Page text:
Travel Talk with Celia Pacquola


Being at a “flying slumber party” with strangers is weird enough, says the Aussie comedian, but it’s the hair dryer question that really blows her mind.

Do you spend much time away from home?

We filmed Rosehaven in Tasmania for two and a half months and before that I went to Montreal for 10 days and London for 12.

How far out from a trip do you start to pack?

The first time I went overseas, I spent six months preparing things in piles but now it’s the day before and the morning of. I’m really bad: I throw things in; I don’t even fold them. I arrive with little to no idea of what I’ve packed. It’s usually a pile of T-shirts, a couple of dresses and a lot of mismatched socks.

So I guess you’re not a roller or a folder?

I kind of bundle – I don’t scrunch – it’s closer to folding than rolling. I start off well but by the end, I’m like, “Looks like I could fit another jumper on that.”

What do you pack but never use?

I always think, “I don’t need a hair dryer; there’ll definitely be a hair dryer there,” and then there’s no hair dryer. But when I do take one, there’s already one that’s better. My house is full of hair dryers with strange plugs.

What do you wear on the plane?

I wear my looser jeans and a T-shirt and bring something warm and soft to put on. I never change into pyjamas or anything mad like that. And I try to wear matching socks on the plane because I know other people are going to see them.

What kind of luggage do you use?

I love the ones with four wheels. It’s so exciting; you can just nudge the bag and it goes. I’ve got a small bag for a couple of days, a medium one and I use my large one for anything over a week because I have to fit in all my hair dryers.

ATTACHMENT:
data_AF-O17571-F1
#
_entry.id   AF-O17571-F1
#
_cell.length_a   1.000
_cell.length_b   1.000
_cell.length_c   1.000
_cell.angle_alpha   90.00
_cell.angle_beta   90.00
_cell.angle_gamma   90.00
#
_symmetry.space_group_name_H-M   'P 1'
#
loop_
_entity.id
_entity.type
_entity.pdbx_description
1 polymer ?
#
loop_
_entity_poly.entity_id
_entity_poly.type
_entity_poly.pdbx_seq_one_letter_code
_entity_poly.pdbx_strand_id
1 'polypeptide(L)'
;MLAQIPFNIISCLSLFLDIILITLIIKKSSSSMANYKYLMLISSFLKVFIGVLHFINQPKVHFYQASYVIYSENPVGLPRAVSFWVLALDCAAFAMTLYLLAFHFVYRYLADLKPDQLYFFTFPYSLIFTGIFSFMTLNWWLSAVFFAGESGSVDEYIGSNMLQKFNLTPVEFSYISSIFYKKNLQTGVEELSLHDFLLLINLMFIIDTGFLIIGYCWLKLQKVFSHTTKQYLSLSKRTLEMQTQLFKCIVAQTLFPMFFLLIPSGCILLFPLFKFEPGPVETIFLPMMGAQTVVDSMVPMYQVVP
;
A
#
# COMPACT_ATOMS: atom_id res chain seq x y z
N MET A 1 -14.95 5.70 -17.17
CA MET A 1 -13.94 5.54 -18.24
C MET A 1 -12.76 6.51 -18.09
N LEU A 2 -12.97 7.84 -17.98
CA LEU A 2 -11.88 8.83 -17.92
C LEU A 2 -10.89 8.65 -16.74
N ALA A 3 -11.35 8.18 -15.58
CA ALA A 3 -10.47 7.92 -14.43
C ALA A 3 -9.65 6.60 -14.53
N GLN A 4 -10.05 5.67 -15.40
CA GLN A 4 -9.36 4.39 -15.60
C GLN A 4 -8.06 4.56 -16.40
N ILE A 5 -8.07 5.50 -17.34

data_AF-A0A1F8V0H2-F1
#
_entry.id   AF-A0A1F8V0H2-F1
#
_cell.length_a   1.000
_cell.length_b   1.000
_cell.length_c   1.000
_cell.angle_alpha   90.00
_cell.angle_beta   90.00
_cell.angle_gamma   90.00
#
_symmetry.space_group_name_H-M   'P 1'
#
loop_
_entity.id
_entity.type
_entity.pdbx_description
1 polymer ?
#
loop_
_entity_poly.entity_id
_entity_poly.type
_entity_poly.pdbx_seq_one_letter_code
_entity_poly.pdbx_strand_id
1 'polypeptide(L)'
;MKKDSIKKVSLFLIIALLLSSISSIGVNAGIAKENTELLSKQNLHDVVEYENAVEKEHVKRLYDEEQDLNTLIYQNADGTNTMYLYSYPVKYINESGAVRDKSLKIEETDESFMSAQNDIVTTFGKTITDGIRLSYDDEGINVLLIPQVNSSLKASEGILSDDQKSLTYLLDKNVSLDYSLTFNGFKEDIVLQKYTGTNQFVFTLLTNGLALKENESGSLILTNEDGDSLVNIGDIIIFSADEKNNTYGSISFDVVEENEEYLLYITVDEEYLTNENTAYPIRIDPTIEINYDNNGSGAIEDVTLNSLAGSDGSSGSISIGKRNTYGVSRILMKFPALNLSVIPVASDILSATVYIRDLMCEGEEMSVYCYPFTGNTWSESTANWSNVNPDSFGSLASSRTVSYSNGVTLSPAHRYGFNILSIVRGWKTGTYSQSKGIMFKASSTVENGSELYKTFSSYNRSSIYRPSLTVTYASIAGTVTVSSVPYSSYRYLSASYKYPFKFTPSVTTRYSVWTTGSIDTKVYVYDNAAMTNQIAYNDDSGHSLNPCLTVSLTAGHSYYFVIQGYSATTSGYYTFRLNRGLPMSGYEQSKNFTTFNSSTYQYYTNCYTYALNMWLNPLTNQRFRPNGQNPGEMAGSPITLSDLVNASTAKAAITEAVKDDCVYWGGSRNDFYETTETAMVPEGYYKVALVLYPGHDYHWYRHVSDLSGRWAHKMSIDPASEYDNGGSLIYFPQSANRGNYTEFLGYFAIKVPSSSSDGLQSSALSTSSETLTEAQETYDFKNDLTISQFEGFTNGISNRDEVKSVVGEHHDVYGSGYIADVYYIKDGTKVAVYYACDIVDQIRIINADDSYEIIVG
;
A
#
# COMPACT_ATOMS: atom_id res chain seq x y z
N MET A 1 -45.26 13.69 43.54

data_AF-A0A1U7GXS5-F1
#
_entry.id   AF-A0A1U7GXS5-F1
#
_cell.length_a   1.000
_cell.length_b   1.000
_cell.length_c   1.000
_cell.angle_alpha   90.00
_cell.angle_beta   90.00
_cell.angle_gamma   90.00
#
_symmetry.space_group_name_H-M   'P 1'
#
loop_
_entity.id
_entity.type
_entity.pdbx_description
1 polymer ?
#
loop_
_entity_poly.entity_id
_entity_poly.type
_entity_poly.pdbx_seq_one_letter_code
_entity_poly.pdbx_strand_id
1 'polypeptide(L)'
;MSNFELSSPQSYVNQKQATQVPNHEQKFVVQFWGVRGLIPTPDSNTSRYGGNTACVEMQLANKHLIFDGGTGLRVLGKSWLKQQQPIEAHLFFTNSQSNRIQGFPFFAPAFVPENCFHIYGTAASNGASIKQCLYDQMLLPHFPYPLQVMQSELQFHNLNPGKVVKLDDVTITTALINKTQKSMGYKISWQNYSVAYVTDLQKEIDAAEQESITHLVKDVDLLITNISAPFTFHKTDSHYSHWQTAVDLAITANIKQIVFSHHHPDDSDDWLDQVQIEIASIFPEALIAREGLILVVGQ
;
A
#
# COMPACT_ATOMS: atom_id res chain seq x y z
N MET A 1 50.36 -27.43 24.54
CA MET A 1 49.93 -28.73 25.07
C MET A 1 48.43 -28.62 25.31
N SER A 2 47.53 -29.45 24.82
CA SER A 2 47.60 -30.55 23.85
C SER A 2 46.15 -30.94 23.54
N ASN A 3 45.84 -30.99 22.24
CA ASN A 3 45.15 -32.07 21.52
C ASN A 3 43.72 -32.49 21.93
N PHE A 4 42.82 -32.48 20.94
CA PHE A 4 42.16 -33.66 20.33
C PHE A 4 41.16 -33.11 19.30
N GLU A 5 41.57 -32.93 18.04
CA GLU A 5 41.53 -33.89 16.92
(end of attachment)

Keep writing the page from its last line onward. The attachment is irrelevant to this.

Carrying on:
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Aisle or window seat?

I chop and change. Generally, a window for sleeping. Then again, with the anxiety that comes with climbing over a sleeping stranger, these days I’m going for the aisle more and more.

Do you introduce yourself to your seat mate or keep your distance?

Keep my distance. The plane is like the gym: not a place for chat. I did chat on the way back from London last time, though. This guy started talking to me and I’m really glad because I asked him what line of work he was in and he said sweet corn and it made me very happy.

Do you have a plane routine?

I can’t say no to anything that’s free and in the sky so I go for the movie then the meal and then I try to sleep. I’ll take my watch off. I might undo a belt buckle. I try to keep myself a bit nice because you’re spending the night with people – it’s like a weird flying slumber party.

Do you drink alcohol on the plane?

I drink beer on the ground but on a plane it’s always wine – I like the tiny bottles.

Are you more emotional in the air?

One time, I cried in the movie Up. I was emotional because I’d just left loved ones so I thought, “Oh, I’ll watch a Pixar cartoon.” It was the saddest three-minute intro of any film I’ve seen ever.

Do you suffer from jet lag? 

Sometimes I’ve got away with it and other times it’s the worst. I try to drink a lot of water, get some sun and stay awake during the daytime. But it’s such an amazing problem to have. You’ve just travelled around the planet really fast in the sky then you complain, “But now I feel like having breakfast for dinner.” 

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